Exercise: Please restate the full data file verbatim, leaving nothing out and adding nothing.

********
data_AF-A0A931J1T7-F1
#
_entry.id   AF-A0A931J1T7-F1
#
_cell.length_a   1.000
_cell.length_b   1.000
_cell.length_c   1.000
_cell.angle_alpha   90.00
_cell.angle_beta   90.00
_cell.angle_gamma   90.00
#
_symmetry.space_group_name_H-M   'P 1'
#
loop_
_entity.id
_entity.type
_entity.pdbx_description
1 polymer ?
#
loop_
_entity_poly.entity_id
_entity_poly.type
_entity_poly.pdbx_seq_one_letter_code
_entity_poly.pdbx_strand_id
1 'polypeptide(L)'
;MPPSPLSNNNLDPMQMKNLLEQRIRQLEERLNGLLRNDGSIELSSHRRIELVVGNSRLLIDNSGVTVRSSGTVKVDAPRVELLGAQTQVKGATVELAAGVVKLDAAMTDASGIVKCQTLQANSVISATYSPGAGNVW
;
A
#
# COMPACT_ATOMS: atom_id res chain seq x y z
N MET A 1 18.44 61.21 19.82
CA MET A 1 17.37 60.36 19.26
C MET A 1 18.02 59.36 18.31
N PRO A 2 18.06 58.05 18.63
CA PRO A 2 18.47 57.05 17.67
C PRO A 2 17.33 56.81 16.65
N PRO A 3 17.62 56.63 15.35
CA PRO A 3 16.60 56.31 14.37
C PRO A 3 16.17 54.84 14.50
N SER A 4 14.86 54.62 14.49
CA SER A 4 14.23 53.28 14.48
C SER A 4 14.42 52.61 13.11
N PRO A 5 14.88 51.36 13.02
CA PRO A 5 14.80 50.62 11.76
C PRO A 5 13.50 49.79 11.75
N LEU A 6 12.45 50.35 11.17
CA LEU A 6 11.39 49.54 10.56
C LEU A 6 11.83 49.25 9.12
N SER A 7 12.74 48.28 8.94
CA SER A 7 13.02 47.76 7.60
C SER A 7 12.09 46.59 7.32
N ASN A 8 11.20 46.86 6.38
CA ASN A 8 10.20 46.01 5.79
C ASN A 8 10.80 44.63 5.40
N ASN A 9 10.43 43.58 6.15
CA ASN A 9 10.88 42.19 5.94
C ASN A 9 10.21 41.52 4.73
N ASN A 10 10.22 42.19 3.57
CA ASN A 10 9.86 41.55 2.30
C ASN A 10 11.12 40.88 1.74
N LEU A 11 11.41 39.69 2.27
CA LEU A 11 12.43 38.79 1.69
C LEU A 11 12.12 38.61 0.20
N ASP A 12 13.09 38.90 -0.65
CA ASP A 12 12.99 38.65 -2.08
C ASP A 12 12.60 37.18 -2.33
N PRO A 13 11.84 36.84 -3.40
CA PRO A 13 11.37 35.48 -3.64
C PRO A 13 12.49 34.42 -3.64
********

data_AF-A0A931J1T7-F1
#
_entry.id   AF-A0A931J1T7-F1
#
_cell.length_a   1.000
_cell.length_b   1.000
_cell.length_c   1.000
_cell.angle_alpha   90.00
_cell.angle_beta   90.00
_cell.angle_gamma   90.00
#
_symmetry.space_group_name_H-M   'P 1'
#
loop_
_entity.id
_entity.type
_entity.pdbx_description
1 polymer ?
#
loop_
_entity_poly.entity_id
_entity_poly.type
_entity_poly.pdbx_seq_one_letter_code
_entity_poly.pdbx_strand_id
1 'polypeptide(L)'
;MPPSPLSNNNLDPMQMKNLLEQRIRQLEERLNGLLRNDGSIELSSHRRIELVVGNSRLLIDNSGVTVRSSGTVKVDAPRVELLGAQTQVKGATVELAAGVVKLDAAMTDASGIVKCQTLQANSVISATYSPGAGNVW
;
A
#
# COMPACT_ATOMS: atom_id res chain seq x y z
N MET A 1 18.44 61.21 19.82
CA MET A 1 17.37 60.36 19.26
C MET A 1 18.02 59.36 18.31
N PRO A 2 18.06 58.05 18.63
CA PRO A 2 18.47 57.05 17.67
C PRO A 2 17.33 56.81 16.65
N PRO A 3 17.62 56.63 15.35
CA PRO A 3 16.60 56.31 14.37
C PRO A 3 16.17 54.84 14.50
N SER A 4 14.86 54.62 14.49
CA SER A 4 14.23 53.28 14.48
C SER A 4 14.42 52.61 13.11
N PRO A 5 14.88 51.36 13.02
CA PRO A 5 14.80 50.62 11.76
C PRO A 5 13.50 49.79 11.75
N LEU A 6 12.45 50.35 11.17
CA LEU A 6 11.39 49.54 10.56
C LEU A 6 11.83 49.25 9.12
N SER A 7 12.74 48.28 8.94
CA SER A 7 13.02 47.76 7.60
C SER A 7 12.09 46.59 7.32
N ASN A 8 11.20 46.86 6.38
CA ASN A 8 10.20 46.01 5.79
C ASN A 8 10.80 44.63 5.40
N ASN A 9 10.43 43.58 6.15
CA ASN A 9 10.88 42.19 5.94
C ASN A 9 10.21 41.52 4.73
N ASN A 10 10.22 42.19 3.57
CA ASN A 10 9.86 41.55 2.30
C ASN A 10 11.12 40.88 1.74
N LEU A 11 11.41 39.69 2.27
CA LEU A 11 12.43 38.79 1.69
C LEU A 11 12.12 38.61 0.20
N ASP A 12 13.09 38.90 -0.65
CA ASP A 12 12.99 38.65 -2.08
C ASP A 12 12.60 37.18 -2.33
N PRO A 13 11.84 36.84 -3.40
CA PRO A 13 11.37 35.48 -3.64
C PRO A 13 12.49 34.42 -3.64